Apple has been forced to pull the iPhone 7 and 8 from sale in Germany following a court battle with Qualcomm last month. Apple was found to infringe on a Qualcomm patent related to smartphone power management. Once Qualcomm put up a €1.34 billion security bond, the ban against Apple went into effect and Apple has pulled down the offending devices.
Apple has been ordered to recall its devices from third-party resellers in addition to ceasing to sell the iPhone 7 and 8 itself. The degree to which this will practically happen is unclear; we’d expect most third-party companies to continue to make what inventory they have available through other channels if nothing else.
Qualcomm and Apple have been locked in legal battles around the world for the past few years, due to a long-running dispute about royalties, licensing fees, and payment structures. Apple has sued Qualcomm for $1B in the United States and filed suit against the company in China for $145M. There’s also a lawsuit pending in the UK, and of course, Qualcomm has filed its own suits against Apple.
Qualcomm recently won a lawsuit against Apple in China, but Apple claims it can avoid the problem with a software update that will avoid it needing to suspend sales of any devices. Of course, Qualcomm has faced its own problems throughout this process. The company faced off with the FTC on Friday, January 4 in a case brought by the federal regulator alleging that Qualcomm has abused its customers with predatory patent licensing requirements. The FTC’s original case against Qualcomm argues that it maintains a “no license, no chips” policy that forced other companies to pay above market rates or be cut out of purchasing necessary equipment. Apple is alleged to have been pushed into an anticompetitive deal that paid it rebates for buying only from Qualcomm, making it harder for potential competitors like Intel to break into the market.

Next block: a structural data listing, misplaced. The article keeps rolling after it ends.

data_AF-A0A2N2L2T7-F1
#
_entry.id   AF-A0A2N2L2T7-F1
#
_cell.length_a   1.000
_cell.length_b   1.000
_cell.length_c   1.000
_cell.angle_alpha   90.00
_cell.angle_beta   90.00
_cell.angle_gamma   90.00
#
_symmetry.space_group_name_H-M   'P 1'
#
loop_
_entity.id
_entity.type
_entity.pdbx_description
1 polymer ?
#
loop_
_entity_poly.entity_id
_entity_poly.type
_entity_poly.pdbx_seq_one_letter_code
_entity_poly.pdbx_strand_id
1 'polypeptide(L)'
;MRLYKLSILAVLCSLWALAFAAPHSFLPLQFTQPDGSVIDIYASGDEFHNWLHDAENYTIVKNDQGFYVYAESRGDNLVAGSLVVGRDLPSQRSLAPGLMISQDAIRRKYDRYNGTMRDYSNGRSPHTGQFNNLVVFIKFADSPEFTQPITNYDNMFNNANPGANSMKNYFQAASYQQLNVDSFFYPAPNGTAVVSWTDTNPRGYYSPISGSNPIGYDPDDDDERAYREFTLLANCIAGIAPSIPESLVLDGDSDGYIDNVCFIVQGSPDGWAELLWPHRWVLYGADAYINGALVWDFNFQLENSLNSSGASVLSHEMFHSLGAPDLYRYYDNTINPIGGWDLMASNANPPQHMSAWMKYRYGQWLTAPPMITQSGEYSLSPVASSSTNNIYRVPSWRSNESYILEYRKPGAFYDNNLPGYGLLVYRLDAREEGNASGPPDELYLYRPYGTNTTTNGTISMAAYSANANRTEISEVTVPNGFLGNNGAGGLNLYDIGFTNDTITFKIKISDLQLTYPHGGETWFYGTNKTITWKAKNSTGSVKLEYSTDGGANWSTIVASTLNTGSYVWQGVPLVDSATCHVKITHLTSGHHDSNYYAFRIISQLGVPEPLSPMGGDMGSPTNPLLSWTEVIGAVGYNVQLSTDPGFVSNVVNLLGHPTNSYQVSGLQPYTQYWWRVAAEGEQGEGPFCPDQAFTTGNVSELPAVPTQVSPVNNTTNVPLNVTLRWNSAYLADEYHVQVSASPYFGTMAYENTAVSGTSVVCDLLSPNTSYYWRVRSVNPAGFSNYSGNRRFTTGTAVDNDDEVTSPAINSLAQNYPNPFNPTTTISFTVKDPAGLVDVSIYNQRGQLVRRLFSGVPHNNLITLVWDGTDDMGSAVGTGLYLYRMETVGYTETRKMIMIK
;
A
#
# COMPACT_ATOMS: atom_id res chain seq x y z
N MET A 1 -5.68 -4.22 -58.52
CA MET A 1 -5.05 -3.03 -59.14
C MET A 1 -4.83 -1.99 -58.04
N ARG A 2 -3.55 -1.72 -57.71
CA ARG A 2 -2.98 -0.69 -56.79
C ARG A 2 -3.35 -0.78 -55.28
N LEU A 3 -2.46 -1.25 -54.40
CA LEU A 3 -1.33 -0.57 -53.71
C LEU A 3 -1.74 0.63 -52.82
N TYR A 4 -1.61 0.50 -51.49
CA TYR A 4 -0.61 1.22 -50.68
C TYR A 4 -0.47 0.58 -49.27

Qualcomm, meanwhile, has accused Apple of feeding Intel secrets and sharing information in violation of its licensing agreements with Qualcomm in order to help Intel compete more effectively. In short, whatever happy agreements once existed between the two firms, they’ve been replaced by a whole lot of globe-spanning litigation. The patent licensing decisions haven’t gone Qualcomm’s way, with the company fined by multiple regulatory bodies, including a $1.18B fine in January 2018 from the EU, which found that Qualcomm had acted improperly in areas of patent licensing and fee structures.
Apple, of course, has been on the other side of this debate as well. It was found to have acted illegally when it entered the market for ebooks in an attempt to break Amazon’s market power and fined $450M back in 2015.
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